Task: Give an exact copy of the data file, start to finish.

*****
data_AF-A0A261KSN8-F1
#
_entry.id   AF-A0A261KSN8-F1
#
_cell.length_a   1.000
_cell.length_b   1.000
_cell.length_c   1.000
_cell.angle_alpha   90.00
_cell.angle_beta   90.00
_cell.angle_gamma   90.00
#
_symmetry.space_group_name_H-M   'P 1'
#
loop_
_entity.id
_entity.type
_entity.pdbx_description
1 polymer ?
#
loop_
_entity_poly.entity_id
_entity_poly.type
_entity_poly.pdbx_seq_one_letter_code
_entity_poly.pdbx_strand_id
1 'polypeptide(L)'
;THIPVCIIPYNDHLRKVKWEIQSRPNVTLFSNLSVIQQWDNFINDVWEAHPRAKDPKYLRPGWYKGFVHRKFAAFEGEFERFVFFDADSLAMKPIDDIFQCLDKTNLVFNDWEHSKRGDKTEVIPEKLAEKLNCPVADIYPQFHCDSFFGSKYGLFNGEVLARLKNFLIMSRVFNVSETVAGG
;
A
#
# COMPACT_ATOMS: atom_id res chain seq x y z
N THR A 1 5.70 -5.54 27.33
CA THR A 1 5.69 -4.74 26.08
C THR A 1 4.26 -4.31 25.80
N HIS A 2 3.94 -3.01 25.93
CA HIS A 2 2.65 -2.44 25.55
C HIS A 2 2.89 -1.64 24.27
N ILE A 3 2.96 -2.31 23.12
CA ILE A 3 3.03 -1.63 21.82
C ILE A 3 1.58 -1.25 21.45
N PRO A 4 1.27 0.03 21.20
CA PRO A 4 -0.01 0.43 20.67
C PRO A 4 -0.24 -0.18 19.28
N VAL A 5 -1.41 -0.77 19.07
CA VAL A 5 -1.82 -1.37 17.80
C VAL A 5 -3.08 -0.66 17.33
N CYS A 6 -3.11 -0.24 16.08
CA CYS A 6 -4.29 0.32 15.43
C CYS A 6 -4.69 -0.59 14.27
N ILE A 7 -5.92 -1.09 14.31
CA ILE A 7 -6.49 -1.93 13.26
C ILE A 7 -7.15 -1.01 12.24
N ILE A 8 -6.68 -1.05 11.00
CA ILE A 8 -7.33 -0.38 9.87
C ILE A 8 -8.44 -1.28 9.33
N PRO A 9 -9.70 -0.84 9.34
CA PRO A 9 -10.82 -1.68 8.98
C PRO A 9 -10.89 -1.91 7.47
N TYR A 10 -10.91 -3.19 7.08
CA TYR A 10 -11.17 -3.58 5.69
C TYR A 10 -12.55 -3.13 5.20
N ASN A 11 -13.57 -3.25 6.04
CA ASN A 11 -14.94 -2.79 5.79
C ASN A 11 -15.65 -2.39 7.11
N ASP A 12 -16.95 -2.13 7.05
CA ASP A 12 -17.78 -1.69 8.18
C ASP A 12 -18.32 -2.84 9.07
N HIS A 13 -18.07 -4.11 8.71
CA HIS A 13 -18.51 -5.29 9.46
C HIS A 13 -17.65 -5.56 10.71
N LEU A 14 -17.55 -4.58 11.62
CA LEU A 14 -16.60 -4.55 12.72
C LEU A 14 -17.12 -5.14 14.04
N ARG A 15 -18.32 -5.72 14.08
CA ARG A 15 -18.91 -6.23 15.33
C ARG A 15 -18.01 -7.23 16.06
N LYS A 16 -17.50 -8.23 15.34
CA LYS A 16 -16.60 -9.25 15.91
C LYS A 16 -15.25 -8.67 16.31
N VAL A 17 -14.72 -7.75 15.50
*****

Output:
data_AF-A0A261KSN8-F1
#
_entry.id   AF-A0A261KSN8-F1
#
_cell.length_a   1.000
_cell.length_b   1.000
_cell.length_c   1.000
_cell.angle_alpha   90.00
_cell.angle_beta   90.00
_cell.angle_gamma   90.00
#
_symmetry.space_group_name_H-M   'P 1'
#
loop_
_entity.id
_entity.type
_entity.pdbx_description
1 polymer ?
#
loop_
_entity_poly.entity_id
_entity_poly.type
_entity_poly.pdbx_seq_one_letter_code
_entity_poly.pdbx_strand_id
1 'polypeptide(L)'
;THIPVCIIPYNDHLRKVKWEIQSRPNVTLFSNLSVIQQWDNFINDVWEAHPRAKDPKYLRPGWYKGFVHRKFAAFEGEFERFVFFDADSLAMKPIDDIFQCLDKTNLVFNDWEHSKRGDKTEVIPEKLAEKLNCPVADIYPQFHCDSFFGSKYGLFNGEVLARLKNFLIMSRVFNVSETVAGG
;
A
#
# COMPACT_ATOMS: atom_id res chain seq x y z
N THR A 1 5.70 -5.54 27.33
CA THR A 1 5.69 -4.74 26.08
C THR A 1 4.26 -4.31 25.80
N HIS A 2 3.94 -3.01 25.93
CA HIS A 2 2.65 -2.44 25.55
C HIS A 2 2.89 -1.64 24.27
N ILE A 3 2.96 -2.31 23.12
CA ILE A 3 3.03 -1.63 21.82
C ILE A 3 1.58 -1.25 21.45
N PRO A 4 1.27 0.03 21.20
CA PRO A 4 -0.01 0.43 20.67
C PRO A 4 -0.24 -0.18 19.28
N VAL A 5 -1.41 -0.77 19.07
CA VAL A 5 -1.82 -1.37 17.80
C VAL A 5 -3.08 -0.66 17.33
N CYS A 6 -3.11 -0.24 16.08
CA CYS A 6 -4.29 0.32 15.43
C CYS A 6 -4.69 -0.59 14.27
N ILE A 7 -5.92 -1.09 14.31
CA ILE A 7 -6.49 -1.93 13.26
C ILE A 7 -7.15 -1.01 12.24
N ILE A 8 -6.68 -1.05 11.00
CA ILE A 8 -7.33 -0.38 9.87
C ILE A 8 -8.44 -1.28 9.33
N PRO A 9 -9.70 -0.84 9.34
CA PRO A 9 -10.82 -1.68 8.98
C PRO A 9 -10.89 -1.91 7.47
N TYR A 10 -10.91 -3.19 7.08
CA TYR A 10 -11.17 -3.58 5.69
C TYR A 10 -12.55 -3.13 5.20
N ASN A 11 -13.57 -3.25 6.04
CA ASN A 11 -14.94 -2.79 5.79
C ASN A 11 -15.65 -2.39 7.11
N ASP A 12 -16.95 -2.13 7.05
CA ASP A 12 -17.78 -1.69 8.18
C ASP A 12 -18.32 -2.84 9.07
N HIS A 13 -18.07 -4.11 8.71
CA HIS A 13 -18.51 -5.29 9.46
C HIS A 13 -17.65 -5.56 10.71
N LEU A 14 -17.55 -4.58 11.62
CA LEU A 14 -16.60 -4.55 12.72
C LEU A 14 -17.12 -5.14 14.04
N ARG A 15 -18.32 -5.72 14.08
CA ARG A 15 -18.91 -6.23 15.33
C ARG A 15 -18.01 -7.23 16.06
N LYS A 16 -17.50 -8.23 15.34
CA LYS A 16 -16.60 -9.25 15.91
C LYS A 16 -15.25 -8.67 16.31
N VAL A 17 -14.72 -7.75 15.50